Likewise, the consistent use of one phone number improves brand awareness. People start to recognise your number and they know it relates to you. If your brand awareness is particularly strong, you could post your number somewhere - without mentioning your brand or displaying the logo - and consumers will automatically know it's yours. Obviously, this comes with time, but don't underestimate the importance of a consistent and professional phone number.
What do we mean by consistent audio? In essence, it refers to audio/visual forms of media. This includes things like video adverts, ads on the radio/podcasts, etc. The best businesses will maintain consistent audio signals across their content. As such, they will use similar music and voices in everything they do. The idea is that people can instantly recognise the brand even if you had your eyes closed. You've definitely done this before, without even knowing it. Think about all the times you've not been paying attention to the TV and heard an advert playing in the background. You don't even have to look up to know it's for a specific brand. Why? Because the voiceover is one that's used all the time, and the music is similar to previous campaigns.
This is such a subtle way to raise brand awareness because of the wider impact it has. Realistically, voiceover actors will have loads of jobs. So, there's every chance you hear the same person voicing a different advert or possibly acting in a film/TV show. However, because they've become associated with a specific brand, you immediately think of that brand whenever you hear their voice! The same goes for the music - when a company uses the same music all the time, that genre or tune is associated with them. It makes it impossible to hear the tune without thinking about the brand. Ultimately, this is how businesses get themselves stuck in the minds of consumers!
In all honesty, this calls upon many of the other elements spoken about previously. Specifically, you're looking at the logo and colour scheme. Excellent product packaging will be able to link people to your business. Without having a detailed look at the product, they should be able to tell who sells it based on the basic design elements. If you see a red can on the shelf in a fridge, you know it's 99% likely to be Coca Cola. Even if it isn't, you've now got Coca Cola in your mind. So, it's possible you do a more detailed search to find some actual Coca Cola to buy.
The effectiveness of product packaging is clear to see when you look at budget supermarkets. If you go to a supermarket that sells off-brand items, think about how they design the goods. They're all designed to mimic the brands they're replacing. Why? Because companies know that consumers are more likely to buy things when they look like real brands. It's the association you make in your mind with the specific product packaging and how it looks.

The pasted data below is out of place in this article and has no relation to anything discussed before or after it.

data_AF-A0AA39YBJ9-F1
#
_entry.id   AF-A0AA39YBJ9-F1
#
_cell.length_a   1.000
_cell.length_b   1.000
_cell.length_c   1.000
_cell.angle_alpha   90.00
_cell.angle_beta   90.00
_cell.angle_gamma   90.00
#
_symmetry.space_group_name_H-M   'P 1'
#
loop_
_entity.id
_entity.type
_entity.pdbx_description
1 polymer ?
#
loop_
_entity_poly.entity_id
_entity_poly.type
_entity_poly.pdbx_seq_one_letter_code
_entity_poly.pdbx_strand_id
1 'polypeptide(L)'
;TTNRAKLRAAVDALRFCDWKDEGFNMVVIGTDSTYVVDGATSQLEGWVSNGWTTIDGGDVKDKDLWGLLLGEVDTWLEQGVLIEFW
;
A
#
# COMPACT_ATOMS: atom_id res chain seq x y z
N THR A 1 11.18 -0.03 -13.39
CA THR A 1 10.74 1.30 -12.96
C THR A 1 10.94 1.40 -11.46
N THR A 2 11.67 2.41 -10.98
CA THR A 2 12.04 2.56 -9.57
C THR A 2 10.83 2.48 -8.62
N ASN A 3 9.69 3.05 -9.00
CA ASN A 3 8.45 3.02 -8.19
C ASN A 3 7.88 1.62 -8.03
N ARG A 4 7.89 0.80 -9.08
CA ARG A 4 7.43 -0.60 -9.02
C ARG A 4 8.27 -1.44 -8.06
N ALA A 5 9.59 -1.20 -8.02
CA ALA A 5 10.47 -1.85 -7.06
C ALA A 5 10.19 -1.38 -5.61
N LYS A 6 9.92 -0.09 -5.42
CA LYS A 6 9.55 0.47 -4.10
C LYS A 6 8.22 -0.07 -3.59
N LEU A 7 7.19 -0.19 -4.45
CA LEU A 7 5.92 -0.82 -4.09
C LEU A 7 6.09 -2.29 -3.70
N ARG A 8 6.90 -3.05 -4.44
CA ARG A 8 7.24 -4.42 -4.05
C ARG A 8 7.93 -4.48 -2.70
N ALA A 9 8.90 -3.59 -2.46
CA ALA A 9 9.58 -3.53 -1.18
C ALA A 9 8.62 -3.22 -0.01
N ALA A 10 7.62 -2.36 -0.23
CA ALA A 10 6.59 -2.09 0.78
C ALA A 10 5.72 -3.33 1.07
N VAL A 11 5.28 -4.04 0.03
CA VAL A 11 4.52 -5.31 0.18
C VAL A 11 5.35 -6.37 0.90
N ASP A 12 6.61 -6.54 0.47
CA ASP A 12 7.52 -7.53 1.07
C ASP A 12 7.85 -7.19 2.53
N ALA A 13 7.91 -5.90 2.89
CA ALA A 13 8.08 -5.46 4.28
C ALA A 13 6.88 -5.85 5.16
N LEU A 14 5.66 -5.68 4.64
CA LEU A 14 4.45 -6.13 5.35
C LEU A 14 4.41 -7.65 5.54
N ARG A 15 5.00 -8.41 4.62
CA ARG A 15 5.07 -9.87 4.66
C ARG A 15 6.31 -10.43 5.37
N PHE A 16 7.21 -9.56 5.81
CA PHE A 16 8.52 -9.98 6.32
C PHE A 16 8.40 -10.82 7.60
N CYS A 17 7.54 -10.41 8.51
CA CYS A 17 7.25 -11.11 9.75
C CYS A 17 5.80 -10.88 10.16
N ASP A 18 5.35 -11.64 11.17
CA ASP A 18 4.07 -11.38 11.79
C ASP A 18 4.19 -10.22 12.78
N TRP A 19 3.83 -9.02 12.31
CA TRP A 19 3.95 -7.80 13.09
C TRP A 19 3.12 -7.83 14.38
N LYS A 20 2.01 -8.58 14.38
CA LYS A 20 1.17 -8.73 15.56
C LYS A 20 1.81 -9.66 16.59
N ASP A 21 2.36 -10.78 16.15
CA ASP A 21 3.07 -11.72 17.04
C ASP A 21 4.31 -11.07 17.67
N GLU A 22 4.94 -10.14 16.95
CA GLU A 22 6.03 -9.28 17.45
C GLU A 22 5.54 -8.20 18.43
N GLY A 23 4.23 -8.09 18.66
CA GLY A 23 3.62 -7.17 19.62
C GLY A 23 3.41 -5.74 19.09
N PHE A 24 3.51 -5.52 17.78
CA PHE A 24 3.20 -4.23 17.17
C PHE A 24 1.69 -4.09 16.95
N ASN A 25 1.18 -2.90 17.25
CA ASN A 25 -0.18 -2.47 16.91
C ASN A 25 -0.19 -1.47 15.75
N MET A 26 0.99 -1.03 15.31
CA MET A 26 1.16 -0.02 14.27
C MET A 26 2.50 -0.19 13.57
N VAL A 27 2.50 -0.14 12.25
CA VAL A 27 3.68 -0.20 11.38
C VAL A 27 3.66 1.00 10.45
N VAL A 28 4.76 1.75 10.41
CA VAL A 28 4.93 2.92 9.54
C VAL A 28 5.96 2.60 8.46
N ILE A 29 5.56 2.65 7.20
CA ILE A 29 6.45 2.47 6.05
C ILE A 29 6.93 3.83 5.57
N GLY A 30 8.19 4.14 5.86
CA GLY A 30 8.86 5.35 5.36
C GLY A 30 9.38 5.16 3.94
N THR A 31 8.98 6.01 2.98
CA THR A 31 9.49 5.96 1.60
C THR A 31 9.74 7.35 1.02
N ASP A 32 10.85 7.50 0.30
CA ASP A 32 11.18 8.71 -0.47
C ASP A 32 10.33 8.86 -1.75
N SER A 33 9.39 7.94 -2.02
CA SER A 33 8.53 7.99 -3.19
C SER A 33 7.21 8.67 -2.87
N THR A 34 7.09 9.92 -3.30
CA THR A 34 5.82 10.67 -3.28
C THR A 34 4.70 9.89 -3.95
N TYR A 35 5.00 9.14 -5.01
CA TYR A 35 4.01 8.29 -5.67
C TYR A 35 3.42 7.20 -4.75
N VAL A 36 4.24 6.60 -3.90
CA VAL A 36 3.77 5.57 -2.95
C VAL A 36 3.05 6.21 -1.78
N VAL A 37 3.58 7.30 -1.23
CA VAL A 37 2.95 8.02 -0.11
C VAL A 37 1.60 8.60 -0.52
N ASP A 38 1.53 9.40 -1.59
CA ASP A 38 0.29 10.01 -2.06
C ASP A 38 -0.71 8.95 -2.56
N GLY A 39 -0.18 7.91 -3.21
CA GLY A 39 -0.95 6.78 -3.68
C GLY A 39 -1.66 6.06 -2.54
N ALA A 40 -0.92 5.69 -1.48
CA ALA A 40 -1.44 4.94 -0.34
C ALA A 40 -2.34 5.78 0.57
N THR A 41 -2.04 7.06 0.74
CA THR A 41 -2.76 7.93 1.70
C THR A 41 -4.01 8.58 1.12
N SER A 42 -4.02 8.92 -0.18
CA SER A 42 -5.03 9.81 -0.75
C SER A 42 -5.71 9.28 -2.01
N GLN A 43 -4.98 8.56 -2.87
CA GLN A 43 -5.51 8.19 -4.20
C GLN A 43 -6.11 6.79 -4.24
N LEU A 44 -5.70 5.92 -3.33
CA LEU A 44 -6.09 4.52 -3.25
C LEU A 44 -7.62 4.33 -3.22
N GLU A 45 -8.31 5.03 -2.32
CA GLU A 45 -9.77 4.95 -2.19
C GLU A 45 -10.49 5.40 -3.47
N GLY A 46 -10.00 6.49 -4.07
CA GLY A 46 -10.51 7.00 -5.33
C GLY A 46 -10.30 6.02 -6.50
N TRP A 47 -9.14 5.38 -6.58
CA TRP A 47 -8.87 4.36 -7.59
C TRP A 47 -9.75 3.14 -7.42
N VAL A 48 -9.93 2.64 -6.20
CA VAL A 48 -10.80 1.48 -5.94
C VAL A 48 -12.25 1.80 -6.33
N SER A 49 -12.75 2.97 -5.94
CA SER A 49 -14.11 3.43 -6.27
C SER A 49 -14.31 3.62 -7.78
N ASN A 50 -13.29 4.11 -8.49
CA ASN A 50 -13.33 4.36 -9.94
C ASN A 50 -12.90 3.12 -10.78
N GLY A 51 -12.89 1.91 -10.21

Also, you can talk about product packaging in terms of how items are delivered to customers. Fashion brands are great at this, usually creating very specific packaging designs. Now, you can spot from a mile away if someone is delivering an ASOS parcel to a house. You'll notice the iconic barcode-esque design, instantly alerting your brain that the parcel is from ASOS. This is why it's always smart and worthwhile to personalise your delivery packaging like this, as opposed to buying plain materials.
Ultimately, all of these things come together to form elements of your marketing & advertising campaign. You can have a good logo, choose iconic colours, and so on - but how do you create brand awareness? It's simple, you have to constantly push things out for people to see. This means creating different adverts, marketing on social media, using SEO to drive people to your website, etc. The more you promote your business, the more effective these subtle things will be. There's no use in copying all the ideas on this list, then sitting back and doing nothing. You might have all the hallmarks of great brand awareness, but nobody is aware of you!
At the end of the day, you almost have to think of brand awareness in two separate parts. Everything mentioned above will link heavily to the branding side of things. It's how you start building a consistent brand that people associate with. From here, you also have to focus on the awareness side of the equation. This is where the final point comes into play: market your brand and make people aware of you. As you get your name out there, the subtle branding concepts will ensure you linger in their memory.